The Importance of Getting Your Annual Pap Smear

Female gynecologist working with patient

Annual gynecological exams are an important part of preventive wellness for women, giving you the opportunity to discuss any health changes or evolving needs with our practitioners. During these yearly visits, you’ll also receive a Pap smear, a special type of screening that can detect abnormal cervical cells. Here’s what you should know about the test.

What Is a Pap Smear?

During a Pap smear, your provider will gently remove cells from the cervix with a specifically designed brush. Though you may experience brief, minor discomfort, this brushing is typically done within 15 seconds or less.

Once the cells are extracted from the cervix, medical experts will inspect them under a microscope most specifically for signs of cervical dysplasia, or precancerous changes. The National Cancer Institute further notes that Pap smears can also detect other abnormalities in the cervix, including infections and inflammation.

Why Is the Annual Pap Smear So Important?

The sooner abnormal cervical cells are detected, the earlier doctors can determine the cause and treat the condition before cancer develops. For instance, an abnormal Pap smear may necessitate repeat testing within shorter time intervals or call for a biopsy to determine the root issue and inform treatment decisions.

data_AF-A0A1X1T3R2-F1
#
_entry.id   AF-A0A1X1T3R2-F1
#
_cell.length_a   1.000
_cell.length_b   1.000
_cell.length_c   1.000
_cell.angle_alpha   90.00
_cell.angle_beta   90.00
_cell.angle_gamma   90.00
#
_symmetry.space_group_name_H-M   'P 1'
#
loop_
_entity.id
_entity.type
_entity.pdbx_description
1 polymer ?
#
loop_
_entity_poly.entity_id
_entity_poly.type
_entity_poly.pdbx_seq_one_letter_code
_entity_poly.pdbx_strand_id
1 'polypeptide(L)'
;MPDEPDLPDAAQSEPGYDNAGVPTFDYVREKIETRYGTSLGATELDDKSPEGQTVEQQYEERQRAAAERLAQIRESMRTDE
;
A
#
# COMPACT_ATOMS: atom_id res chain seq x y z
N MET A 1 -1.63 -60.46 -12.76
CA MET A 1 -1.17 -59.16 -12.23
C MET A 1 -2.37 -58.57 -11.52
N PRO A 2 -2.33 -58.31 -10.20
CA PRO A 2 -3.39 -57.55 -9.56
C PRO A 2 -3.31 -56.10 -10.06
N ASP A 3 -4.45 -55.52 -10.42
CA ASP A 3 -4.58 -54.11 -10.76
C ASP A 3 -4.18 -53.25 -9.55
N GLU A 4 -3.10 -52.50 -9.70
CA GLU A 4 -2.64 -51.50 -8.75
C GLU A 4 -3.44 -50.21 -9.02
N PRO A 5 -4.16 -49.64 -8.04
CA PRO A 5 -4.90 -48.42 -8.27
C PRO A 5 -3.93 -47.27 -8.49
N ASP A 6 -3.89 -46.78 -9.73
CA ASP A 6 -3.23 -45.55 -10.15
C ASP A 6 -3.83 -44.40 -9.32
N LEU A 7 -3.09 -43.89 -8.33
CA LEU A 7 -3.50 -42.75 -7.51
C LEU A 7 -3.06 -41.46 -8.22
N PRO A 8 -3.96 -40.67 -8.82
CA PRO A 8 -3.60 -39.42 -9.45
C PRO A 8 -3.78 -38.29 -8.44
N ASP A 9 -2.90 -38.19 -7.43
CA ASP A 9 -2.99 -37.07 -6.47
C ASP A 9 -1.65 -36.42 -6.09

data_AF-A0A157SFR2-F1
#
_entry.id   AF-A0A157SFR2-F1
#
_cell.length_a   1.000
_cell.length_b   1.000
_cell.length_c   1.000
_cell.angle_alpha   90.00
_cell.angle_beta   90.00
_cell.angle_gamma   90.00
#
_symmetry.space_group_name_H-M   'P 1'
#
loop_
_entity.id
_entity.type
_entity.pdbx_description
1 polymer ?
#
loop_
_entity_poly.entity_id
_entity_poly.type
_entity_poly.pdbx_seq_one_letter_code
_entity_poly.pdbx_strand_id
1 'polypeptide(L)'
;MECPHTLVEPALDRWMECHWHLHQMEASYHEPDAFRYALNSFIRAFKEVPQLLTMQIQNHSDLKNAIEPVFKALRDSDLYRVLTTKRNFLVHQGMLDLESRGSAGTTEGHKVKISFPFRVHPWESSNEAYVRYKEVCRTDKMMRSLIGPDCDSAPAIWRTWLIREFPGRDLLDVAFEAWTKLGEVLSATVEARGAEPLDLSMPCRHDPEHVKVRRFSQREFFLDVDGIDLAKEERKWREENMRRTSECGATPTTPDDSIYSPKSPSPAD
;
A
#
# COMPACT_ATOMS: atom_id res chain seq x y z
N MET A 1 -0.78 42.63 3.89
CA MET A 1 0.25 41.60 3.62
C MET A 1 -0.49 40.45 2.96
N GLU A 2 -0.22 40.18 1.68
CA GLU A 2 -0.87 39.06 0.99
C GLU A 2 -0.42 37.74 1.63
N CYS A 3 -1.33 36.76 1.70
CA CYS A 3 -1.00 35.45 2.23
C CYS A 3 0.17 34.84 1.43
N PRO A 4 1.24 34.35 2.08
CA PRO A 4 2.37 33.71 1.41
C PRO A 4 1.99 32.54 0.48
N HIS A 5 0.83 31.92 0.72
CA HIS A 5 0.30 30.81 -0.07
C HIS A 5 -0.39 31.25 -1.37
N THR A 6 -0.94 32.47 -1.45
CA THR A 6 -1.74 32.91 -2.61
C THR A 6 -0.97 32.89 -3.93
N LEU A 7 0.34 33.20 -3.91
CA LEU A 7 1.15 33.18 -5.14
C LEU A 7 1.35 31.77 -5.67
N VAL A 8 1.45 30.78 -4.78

Annual testing ensures any changes are detected as early as possible. As Johnathan Lancaster, MD, PhD, and chair of the department of women’s oncology at H. Lee Moffitt Cancer Center and Research Institute explained to Everyday Health, “Like all medical tests, Pap smears are not 100% accurate. This reinforces the importance of having regular Paps, so that even if one Pap misses an early abnormal change, it’s likely to be picked up at the next Pap.”

Fortunately, cervical cancer is largely preventable through both screenings and vaccinations. While it was once the leading cause of death for women in the U.S., the Pap test has drastically decreased cervical cancer rates by helping doctors find changes early, when they’re most treatable.

Going for an annual Pap smear also allows you and your doctor to discuss human papillomavirus (HPV), the leading cause of cervical cancer, and whether or not you are at risk or should be tested.

How to Prepare for Your Pap Smear

Women 21 and older should be receiving routine Pap smears as part of their annual gynecological exam. If you’re due for yours, here are a few tips to consider:

  • Try to plan your appointment around your menstrual period. Blood and tissue swelling could make it more difficult to get an accurate assessment of cervical cells.
  • Ask if you can empty your bladder before the test. You may need to provide a urine sample during your appointment, so speak with a nurse first.
  • Avoid intercourse, vaginal medications, or putting any substances (including spermicidal creams) two days prior to your appointment to avoid obscuring abnormal cells.

At Avant Gynecology, we aim to make women’s annual care as comfortable as possible with an inviting atmosphere and gentle, caring practitioners who are ready to answer any questions you may have. If you’re due for an annual exam, contact us at (404) 352-2850 or schedule an appointment online.